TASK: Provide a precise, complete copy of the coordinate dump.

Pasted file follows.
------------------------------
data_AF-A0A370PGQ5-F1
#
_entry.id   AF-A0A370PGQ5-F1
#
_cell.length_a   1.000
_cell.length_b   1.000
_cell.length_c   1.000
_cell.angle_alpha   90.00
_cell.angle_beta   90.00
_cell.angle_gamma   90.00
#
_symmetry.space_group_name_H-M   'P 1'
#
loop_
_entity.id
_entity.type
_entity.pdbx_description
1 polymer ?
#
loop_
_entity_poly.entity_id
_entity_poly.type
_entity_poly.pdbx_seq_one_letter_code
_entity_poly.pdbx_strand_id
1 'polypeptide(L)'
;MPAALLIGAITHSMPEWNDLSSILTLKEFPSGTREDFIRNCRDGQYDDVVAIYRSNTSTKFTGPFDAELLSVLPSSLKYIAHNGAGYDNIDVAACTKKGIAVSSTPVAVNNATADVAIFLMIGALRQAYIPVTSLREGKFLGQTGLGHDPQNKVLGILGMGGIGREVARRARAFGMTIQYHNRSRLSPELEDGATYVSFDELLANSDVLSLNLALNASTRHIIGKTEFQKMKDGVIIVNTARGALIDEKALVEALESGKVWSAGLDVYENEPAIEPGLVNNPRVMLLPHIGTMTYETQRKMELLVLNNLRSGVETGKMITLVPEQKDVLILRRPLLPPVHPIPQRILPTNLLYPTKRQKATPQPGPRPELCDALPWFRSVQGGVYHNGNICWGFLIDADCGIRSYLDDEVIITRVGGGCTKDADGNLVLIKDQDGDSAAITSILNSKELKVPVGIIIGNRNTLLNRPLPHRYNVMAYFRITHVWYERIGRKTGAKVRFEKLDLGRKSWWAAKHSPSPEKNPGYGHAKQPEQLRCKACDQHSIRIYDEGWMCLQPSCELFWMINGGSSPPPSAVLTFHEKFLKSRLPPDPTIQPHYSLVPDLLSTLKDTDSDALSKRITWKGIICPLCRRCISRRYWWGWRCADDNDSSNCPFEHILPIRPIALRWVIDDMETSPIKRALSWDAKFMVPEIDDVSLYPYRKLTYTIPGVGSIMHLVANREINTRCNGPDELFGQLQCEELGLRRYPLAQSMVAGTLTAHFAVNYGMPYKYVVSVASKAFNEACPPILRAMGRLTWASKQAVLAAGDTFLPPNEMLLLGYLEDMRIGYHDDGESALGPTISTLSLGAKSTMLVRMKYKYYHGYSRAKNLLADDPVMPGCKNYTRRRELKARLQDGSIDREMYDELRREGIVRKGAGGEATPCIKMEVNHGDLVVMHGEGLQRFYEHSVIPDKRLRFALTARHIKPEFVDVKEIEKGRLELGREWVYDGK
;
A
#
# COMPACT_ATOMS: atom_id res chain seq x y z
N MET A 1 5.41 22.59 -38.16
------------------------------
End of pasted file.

data_AF-A0A370PGQ5-F1
#
_entry.id   AF-A0A370PGQ5-F1
#
_cell.length_a   1.000
_cell.length_b   1.000
_cell.length_c   1.000
_cell.angle_alpha   90.00
_cell.angle_beta   90.00
_cell.angle_gamma   90.00
#
_symmetry.space_group_name_H-M   'P 1'
#
loop_
_entity.id
_entity.type
_entity.pdbx_description
1 polymer ?
#
loop_
_entity_poly.entity_id
_entity_poly.type
_entity_poly.pdbx_seq_one_letter_code
_entity_poly.pdbx_strand_id
1 'polypeptide(L)'
;MPAALLIGAITHSMPEWNDLSSILTLKEFPSGTREDFIRNCRDGQYDDVVAIYRSNTSTKFTGPFDAELLSVLPSSLKYIAHNGAGYDNIDVAACTKKGIAVSSTPVAVNNATADVAIFLMIGALRQAYIPVTSLREGKFLGQTGLGHDPQNKVLGILGMGGIGREVARRARAFGMTIQYHNRSRLSPELEDGATYVSFDELLANSDVLSLNLALNASTRHIIGKTEFQKMKDGVIIVNTARGALIDEKALVEALESGKVWSAGLDVYENEPAIEPGLVNNPRVMLLPHIGTMTYETQRKMELLVLNNLRSGVETGKMITLVPEQKDVLILRRPLLPPVHPIPQRILPTNLLYPTKRQKATPQPGPRPELCDALPWFRSVQGGVYHNGNICWGFLIDADCGIRSYLDDEVIITRVGGGCTKDADGNLVLIKDQDGDSAAITSILNSKELKVPVGIIIGNRNTLLNRPLPHRYNVMAYFRITHVWYERIGRKTGAKVRFEKLDLGRKSWWAAKHSPSPEKNPGYGHAKQPEQLRCKACDQHSIRIYDEGWMCLQPSCELFWMINGGSSPPPSAVLTFHEKFLKSRLPPDPTIQPHYSLVPDLLSTLKDTDSDALSKRITWKGIICPLCRRCISRRYWWGWRCADDNDSSNCPFEHILPIRPIALRWVIDDMETSPIKRALSWDAKFMVPEIDDVSLYPYRKLTYTIPGVGSIMHLVANREINTRCNGPDELFGQLQCEELGLRRYPLAQSMVAGTLTAHFAVNYGMPYKYVVSVASKAFNEACPPILRAMGRLTWASKQAVLAAGDTFLPPNEMLLLGYLEDMRIGYHDDGESALGPTISTLSLGAKSTMLVRMKYKYYHGYSRAKNLLADDPVMPGCKNYTRRRELKARLQDGSIDREMYDELRREGIVRKGAGGEATPCIKMEVNHGDLVVMHGEGLQRFYEHSVIPDKRLRFALTARHIKPEFVDVKEIEKGRLELGREWVYDGK
;
A
#
# COMPACT_ATOMS: atom_id res chain seq x y z
N MET A 1 5.41 22.59 -38.16